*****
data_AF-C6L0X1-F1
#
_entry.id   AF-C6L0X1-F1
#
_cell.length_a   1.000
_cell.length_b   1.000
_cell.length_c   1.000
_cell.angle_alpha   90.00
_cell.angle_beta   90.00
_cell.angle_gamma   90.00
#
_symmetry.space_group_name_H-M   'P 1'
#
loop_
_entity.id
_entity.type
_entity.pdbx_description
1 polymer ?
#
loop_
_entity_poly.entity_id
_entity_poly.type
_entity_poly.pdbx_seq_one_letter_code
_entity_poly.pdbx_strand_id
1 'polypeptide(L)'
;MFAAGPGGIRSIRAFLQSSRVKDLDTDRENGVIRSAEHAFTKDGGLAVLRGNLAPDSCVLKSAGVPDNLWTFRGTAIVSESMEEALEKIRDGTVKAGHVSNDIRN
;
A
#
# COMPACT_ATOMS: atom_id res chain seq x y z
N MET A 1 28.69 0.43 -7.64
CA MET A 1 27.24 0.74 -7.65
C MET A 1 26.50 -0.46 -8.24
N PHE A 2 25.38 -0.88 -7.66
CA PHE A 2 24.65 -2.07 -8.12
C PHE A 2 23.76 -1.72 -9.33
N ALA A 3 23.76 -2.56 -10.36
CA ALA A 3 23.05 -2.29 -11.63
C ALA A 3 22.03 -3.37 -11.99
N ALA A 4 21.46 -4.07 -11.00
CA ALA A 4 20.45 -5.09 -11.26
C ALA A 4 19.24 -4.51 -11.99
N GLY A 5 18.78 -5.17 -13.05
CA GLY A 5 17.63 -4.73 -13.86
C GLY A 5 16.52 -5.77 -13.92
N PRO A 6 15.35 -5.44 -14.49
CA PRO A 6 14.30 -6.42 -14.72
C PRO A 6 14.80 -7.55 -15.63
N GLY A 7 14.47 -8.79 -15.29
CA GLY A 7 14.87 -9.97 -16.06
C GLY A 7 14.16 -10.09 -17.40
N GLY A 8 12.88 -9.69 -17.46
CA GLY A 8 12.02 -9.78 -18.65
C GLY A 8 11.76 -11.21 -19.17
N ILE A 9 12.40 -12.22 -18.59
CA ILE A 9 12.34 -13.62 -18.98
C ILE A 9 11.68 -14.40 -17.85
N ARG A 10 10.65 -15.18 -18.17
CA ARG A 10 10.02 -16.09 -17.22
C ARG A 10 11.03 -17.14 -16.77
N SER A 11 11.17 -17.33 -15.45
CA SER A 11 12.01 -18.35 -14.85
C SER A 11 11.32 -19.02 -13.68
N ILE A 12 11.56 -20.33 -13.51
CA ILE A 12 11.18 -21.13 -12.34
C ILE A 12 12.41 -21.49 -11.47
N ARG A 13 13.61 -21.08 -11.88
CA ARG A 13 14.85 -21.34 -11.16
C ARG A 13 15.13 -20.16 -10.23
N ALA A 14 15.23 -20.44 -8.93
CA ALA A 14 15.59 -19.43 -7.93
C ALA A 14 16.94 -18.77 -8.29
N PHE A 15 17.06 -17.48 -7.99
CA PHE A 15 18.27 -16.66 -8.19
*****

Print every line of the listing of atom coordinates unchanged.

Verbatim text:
data_AF-C6L0X1-F1
#
_entry.id   AF-C6L0X1-F1
#
_cell.length_a   1.000
_cell.length_b   1.000
_cell.length_c   1.000
_cell.angle_alpha   90.00
_cell.angle_beta   90.00
_cell.angle_gamma   90.00
#
_symmetry.space_group_name_H-M   'P 1'
#
loop_
_entity.id
_entity.type
_entity.pdbx_description
1 polymer ?
#
loop_
_entity_poly.entity_id
_entity_poly.type
_entity_poly.pdbx_seq_one_letter_code
_entity_poly.pdbx_strand_id
1 'polypeptide(L)'
;MFAAGPGGIRSIRAFLQSSRVKDLDTDRENGVIRSAEHAFTKDGGLAVLRGNLAPDSCVLKSAGVPDNLWTFRGTAIVSESMEEALEKIRDGTVKAGHVSNDIRN
;
A
#
# COMPACT_ATOMS: atom_id res chain seq x y z
N MET A 1 28.69 0.43 -7.64
CA MET A 1 27.24 0.74 -7.65
C MET A 1 26.50 -0.46 -8.24
N PHE A 2 25.38 -0.88 -7.66
CA PHE A 2 24.65 -2.07 -8.12
C PHE A 2 23.76 -1.72 -9.33
N ALA A 3 23.76 -2.56 -10.36
CA ALA A 3 23.05 -2.29 -11.63
C ALA A 3 22.03 -3.37 -11.99
N ALA A 4 21.46 -4.07 -11.00
CA ALA A 4 20.45 -5.09 -11.26
C ALA A 4 19.24 -4.51 -11.99
N GLY A 5 18.78 -5.17 -13.05
CA GLY A 5 17.63 -4.73 -13.86
C GLY A 5 16.52 -5.77 -13.92
N PRO A 6 15.35 -5.44 -14.49
CA PRO A 6 14.30 -6.42 -14.72
C PRO A 6 14.80 -7.55 -15.63
N GLY A 7 14.47 -8.79 -15.29
CA GLY A 7 14.87 -9.97 -16.06
C GLY A 7 14.16 -10.09 -17.40
N GLY A 8 12.88 -9.69 -17.46
CA GLY A 8 12.02 -9.78 -18.65
C GLY A 8 11.76 -11.21 -19.17
N ILE A 9 12.40 -12.22 -18.59
CA ILE A 9 12.34 -13.62 -18.98
C ILE A 9 11.68 -14.40 -17.85
N ARG A 10 10.65 -15.18 -18.17
CA ARG A 10 10.02 -16.09 -17.22
C ARG A 10 11.03 -17.14 -16.77
N SER A 11 11.17 -17.33 -15.45
CA SER A 11 12.01 -18.35 -14.85
C SER A 11 11.32 -19.02 -13.68
N ILE A 12 11.56 -20.33 -13.51
CA ILE A 12 11.18 -21.13 -12.34
C ILE A 12 12.41 -21.49 -11.47
N ARG A 13 13.61 -21.08 -11.88
CA ARG A 13 14.85 -21.34 -11.16
C ARG A 13 15.13 -20.16 -10.23
N ALA A 14 15.23 -20.44 -8.93
CA ALA A 14 15.59 -19.43 -7.93
C ALA A 14 16.94 -18.77 -8.29
N PHE A 15 17.06 -17.48 -7.99
CA PHE A 15 18.27 -16.66 -8.19